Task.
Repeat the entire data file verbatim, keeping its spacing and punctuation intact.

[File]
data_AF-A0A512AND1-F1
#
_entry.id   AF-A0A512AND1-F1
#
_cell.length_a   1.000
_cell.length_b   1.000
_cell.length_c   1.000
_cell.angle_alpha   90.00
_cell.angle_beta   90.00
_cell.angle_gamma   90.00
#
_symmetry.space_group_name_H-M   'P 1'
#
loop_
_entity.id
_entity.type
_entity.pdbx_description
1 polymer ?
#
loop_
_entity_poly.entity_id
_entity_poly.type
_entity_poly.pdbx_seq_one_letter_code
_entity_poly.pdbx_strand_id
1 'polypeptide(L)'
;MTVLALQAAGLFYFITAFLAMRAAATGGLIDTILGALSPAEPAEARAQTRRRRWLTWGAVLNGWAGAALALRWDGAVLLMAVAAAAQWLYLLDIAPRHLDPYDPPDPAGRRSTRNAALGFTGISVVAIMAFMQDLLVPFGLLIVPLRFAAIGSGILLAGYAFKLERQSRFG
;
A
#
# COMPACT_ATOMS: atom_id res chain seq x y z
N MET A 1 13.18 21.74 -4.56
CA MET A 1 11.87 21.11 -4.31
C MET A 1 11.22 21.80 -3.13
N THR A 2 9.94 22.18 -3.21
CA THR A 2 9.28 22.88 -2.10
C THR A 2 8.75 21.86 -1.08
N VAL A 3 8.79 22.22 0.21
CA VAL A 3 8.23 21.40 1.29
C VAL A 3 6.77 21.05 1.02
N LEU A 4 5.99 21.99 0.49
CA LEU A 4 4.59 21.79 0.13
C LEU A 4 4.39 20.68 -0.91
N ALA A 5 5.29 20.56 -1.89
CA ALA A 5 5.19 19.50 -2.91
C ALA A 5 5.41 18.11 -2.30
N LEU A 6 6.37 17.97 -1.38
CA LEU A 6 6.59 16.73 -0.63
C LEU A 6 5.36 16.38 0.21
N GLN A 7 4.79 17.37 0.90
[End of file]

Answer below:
data_AF-A0A512AND1-F1
#
_entry.id   AF-A0A512AND1-F1
#
_cell.length_a   1.000
_cell.length_b   1.000
_cell.length_c   1.000
_cell.angle_alpha   90.00
_cell.angle_beta   90.00
_cell.angle_gamma   90.00
#
_symmetry.space_group_name_H-M   'P 1'
#
loop_
_entity.id
_entity.type
_entity.pdbx_description
1 polymer ?
#
loop_
_entity_poly.entity_id
_entity_poly.type
_entity_poly.pdbx_seq_one_letter_code
_entity_poly.pdbx_strand_id
1 'polypeptide(L)'
;MTVLALQAAGLFYFITAFLAMRAAATGGLIDTILGALSPAEPAEARAQTRRRRWLTWGAVLNGWAGAALALRWDGAVLLMAVAAAAQWLYLLDIAPRHLDPYDPPDPAGRRSTRNAALGFTGISVVAIMAFMQDLLVPFGLLIVPLRFAAIGSGILLAGYAFKLERQSRFG
;
A
#
# COMPACT_ATOMS: atom_id res chain seq x y z
N MET A 1 13.18 21.74 -4.56
CA MET A 1 11.87 21.11 -4.31
C MET A 1 11.22 21.80 -3.13
N THR A 2 9.94 22.18 -3.21
CA THR A 2 9.28 22.88 -2.10
C THR A 2 8.75 21.86 -1.08
N VAL A 3 8.79 22.22 0.21
CA VAL A 3 8.23 21.40 1.29
C VAL A 3 6.77 21.05 1.02
N LEU A 4 5.99 21.99 0.49
CA LEU A 4 4.59 21.79 0.13
C LEU A 4 4.39 20.68 -0.91
N ALA A 5 5.29 20.56 -1.89
CA ALA A 5 5.19 19.50 -2.91
C ALA A 5 5.41 18.11 -2.30
N LEU A 6 6.37 17.97 -1.38
CA LEU A 6 6.59 16.73 -0.63
C LEU A 6 5.36 16.38 0.21
N GLN A 7 4.79 17.37 0.90